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The Lower Ward

LowerWard.jpg

 

The west side of the Castle is dubbed the Lower Ward, and consists of two principal parts. First and most importantly is St. George’s Chapel, on the north side of the courtyard. Second, are the buildings associated with the Order of the Garter, including the offices and residences of the deans, canons, and clerks. At the west end of the Ward sits the Horseshoe Cloister, a two-story building of red brick criss-crossed by dark wood beams, which houses the Chapel’s clergymen. Behind the Cloister rises Curfew Tower, which houses the Castle bells as well as a former dungeon. Along the south side of the Lower Ward are the lodgings of the ‘Poor Knights’, a group of eighteen military veterans who enjoy the King’s hospitality in exchange for their daily prayers on his behalf and their support of the Order and the Chapel. The Lower Ward also boasts two platforms of brass cannons as part of the Castle’s fortifications. All of this surrounds the courtyard itself, a grassy clearing delineated by a number of dirt pathways, along which the denizens of the Ward hurry from dawn til dusk as they perform their various duties.

 

The Lower Ward housed the barracks for the Life Guard and the gentlemen troopers could be seen frequently doing their exercises in the early morning, a new discipline having been enforced since May. It allowed spectators to watch these fine men on display, inspiring the troopers to their best effort.

 

St. George's Chapel

GeorgesChapel.jpg

 

Located in the Lower Ward, St. George's Chapel was the main place of worship for Windsor Castle. It falls directly under the jurisdiction of the monarch, as Head of the Church, and is also the chapel of the Order of the Garter. The Chapel was built from the 15th to 16th centuries in the Perpendicular Gothic style as an expansion and rededication of the 13th century Chapel of St Edward the Confessor. The Chapel suffered a great deal of destruction and looting during the English Civil War, but saw extensive repairs with the Restoration of King Charles II. The Chapel is governed by the Dean and Canons of Windsor, while the day to day running is the responsibility of the religious College of St George.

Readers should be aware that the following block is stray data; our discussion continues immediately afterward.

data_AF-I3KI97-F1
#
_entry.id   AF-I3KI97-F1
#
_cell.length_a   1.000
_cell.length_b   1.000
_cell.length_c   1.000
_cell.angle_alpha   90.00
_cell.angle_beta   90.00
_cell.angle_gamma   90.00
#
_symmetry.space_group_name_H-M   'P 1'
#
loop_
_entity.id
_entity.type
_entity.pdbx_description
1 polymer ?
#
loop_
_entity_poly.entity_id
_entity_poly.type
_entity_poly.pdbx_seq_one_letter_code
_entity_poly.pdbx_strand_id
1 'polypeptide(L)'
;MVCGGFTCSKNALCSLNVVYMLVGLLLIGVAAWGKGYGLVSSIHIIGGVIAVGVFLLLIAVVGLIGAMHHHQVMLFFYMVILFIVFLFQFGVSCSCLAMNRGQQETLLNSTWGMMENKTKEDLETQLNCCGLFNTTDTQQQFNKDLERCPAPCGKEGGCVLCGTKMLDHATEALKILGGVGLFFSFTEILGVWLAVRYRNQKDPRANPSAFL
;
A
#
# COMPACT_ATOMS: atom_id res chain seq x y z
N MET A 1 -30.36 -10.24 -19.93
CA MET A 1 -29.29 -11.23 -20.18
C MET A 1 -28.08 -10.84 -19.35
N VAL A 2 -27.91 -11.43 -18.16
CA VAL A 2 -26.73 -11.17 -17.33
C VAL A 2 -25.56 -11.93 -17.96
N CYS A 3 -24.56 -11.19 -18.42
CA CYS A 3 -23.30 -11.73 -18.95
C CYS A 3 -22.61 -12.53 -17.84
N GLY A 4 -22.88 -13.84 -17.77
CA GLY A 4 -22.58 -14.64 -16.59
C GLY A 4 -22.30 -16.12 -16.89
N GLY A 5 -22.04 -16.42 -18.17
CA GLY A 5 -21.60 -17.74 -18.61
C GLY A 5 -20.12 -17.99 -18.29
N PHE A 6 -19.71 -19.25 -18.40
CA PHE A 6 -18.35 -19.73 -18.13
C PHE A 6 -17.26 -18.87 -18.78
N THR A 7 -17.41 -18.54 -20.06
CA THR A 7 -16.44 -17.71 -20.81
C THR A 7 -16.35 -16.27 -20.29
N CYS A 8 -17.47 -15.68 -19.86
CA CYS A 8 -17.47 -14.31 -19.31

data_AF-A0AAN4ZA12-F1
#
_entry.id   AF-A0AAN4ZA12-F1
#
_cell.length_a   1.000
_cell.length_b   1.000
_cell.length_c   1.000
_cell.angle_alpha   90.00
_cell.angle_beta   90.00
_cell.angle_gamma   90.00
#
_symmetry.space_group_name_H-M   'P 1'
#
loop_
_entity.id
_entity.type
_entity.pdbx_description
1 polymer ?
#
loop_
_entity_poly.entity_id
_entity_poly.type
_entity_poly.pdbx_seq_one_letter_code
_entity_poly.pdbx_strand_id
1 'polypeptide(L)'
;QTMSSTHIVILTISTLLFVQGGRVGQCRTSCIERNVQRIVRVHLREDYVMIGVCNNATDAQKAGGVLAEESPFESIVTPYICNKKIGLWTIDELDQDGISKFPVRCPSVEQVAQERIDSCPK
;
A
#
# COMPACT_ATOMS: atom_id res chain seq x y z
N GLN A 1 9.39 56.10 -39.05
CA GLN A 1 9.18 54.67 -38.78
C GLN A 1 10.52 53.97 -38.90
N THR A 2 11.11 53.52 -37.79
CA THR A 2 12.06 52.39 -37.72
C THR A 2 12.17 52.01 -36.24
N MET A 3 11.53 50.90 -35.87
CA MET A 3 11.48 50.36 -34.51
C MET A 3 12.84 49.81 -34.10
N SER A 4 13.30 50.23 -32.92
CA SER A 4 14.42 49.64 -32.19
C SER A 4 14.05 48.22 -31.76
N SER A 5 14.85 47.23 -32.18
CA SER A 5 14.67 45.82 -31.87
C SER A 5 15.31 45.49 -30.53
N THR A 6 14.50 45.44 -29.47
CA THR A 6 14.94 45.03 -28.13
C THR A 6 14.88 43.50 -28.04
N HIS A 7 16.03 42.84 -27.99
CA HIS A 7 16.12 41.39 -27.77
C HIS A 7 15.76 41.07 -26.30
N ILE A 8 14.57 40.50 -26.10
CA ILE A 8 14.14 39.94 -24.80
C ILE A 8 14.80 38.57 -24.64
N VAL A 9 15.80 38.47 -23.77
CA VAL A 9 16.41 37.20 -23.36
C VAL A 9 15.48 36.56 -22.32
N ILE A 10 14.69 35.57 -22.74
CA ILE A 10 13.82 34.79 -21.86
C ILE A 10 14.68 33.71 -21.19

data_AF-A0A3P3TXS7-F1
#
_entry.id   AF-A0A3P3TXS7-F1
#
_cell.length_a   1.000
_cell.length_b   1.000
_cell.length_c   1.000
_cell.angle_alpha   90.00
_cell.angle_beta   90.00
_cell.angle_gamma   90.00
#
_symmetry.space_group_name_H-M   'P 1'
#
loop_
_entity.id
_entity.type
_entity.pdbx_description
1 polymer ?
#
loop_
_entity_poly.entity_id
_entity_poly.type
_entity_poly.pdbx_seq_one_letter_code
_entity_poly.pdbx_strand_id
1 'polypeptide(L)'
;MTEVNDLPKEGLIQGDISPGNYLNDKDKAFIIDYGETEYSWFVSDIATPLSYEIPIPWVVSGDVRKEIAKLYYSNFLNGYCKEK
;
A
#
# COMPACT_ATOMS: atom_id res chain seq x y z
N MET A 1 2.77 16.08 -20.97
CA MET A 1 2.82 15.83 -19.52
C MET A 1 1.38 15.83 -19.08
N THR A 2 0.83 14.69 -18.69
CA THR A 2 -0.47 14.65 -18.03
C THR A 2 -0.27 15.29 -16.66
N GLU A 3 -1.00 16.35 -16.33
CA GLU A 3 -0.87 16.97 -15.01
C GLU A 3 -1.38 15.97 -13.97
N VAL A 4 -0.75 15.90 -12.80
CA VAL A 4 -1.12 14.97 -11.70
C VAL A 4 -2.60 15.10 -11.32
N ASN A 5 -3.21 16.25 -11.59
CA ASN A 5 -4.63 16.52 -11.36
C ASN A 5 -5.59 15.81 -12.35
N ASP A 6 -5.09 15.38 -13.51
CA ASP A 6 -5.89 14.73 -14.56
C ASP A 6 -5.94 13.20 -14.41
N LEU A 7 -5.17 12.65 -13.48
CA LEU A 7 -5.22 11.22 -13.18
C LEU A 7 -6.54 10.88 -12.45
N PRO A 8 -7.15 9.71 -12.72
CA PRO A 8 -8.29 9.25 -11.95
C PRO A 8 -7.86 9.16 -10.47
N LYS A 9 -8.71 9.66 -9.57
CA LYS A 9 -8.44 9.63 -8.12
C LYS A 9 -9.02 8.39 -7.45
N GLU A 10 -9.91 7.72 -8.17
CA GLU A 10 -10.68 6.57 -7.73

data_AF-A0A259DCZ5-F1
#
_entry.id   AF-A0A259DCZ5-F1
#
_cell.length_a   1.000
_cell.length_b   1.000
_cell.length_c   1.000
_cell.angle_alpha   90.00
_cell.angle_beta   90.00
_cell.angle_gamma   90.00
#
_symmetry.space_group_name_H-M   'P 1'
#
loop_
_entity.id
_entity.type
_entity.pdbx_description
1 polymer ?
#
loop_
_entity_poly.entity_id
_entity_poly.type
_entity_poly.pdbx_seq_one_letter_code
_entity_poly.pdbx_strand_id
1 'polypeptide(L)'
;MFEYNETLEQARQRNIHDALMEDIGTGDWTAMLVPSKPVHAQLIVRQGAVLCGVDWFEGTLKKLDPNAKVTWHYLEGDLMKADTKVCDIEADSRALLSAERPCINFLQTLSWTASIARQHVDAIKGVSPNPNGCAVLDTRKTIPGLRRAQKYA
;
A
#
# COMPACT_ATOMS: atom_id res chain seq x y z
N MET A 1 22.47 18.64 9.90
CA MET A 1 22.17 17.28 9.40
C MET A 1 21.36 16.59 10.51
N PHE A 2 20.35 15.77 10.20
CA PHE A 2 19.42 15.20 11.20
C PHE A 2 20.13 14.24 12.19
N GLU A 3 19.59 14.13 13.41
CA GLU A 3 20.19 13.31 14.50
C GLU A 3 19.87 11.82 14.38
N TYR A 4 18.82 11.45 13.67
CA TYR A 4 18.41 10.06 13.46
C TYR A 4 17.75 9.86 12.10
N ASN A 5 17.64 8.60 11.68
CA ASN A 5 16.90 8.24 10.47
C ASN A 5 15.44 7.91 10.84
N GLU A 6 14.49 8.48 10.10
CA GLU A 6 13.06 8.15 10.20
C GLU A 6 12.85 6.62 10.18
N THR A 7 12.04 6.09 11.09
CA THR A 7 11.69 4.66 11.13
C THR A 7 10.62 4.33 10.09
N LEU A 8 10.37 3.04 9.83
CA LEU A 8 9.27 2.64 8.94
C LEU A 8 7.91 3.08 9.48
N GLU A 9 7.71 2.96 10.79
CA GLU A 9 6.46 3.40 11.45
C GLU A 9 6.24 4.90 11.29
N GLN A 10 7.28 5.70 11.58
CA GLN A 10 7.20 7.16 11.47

The Chapel is composed of two parts, the Nave and the Quire. As you ascend the shallow stone steps to the entrance, you are greeted by the sight of the great West Window, composed of seventy-five separate lights, or panels, and said to be third largest stained glass in England. Passing through the wooden double doors, you enter the Nave, its pale stone floors and walls dappled with a myriad of colors from dozens of additional stained glass windows in the clerestory. High above soars the ornate, fan vaulted ceiling, which echoes with the heavenly sound of the Chapel Choir, in existence since 1348. The long aisle leading to the Quire doors is lined with dozens of pews, each sporting a floral wreath hung in anticipation of the more splendid décor that will be installed for the Royal Wedding. The Organ Loft stands above the Quire doors, and is elaborately carved in the Gothic style from dark wood. There are also two chantries, one of each side of the Nave, which offer a more private location for prayers and small services.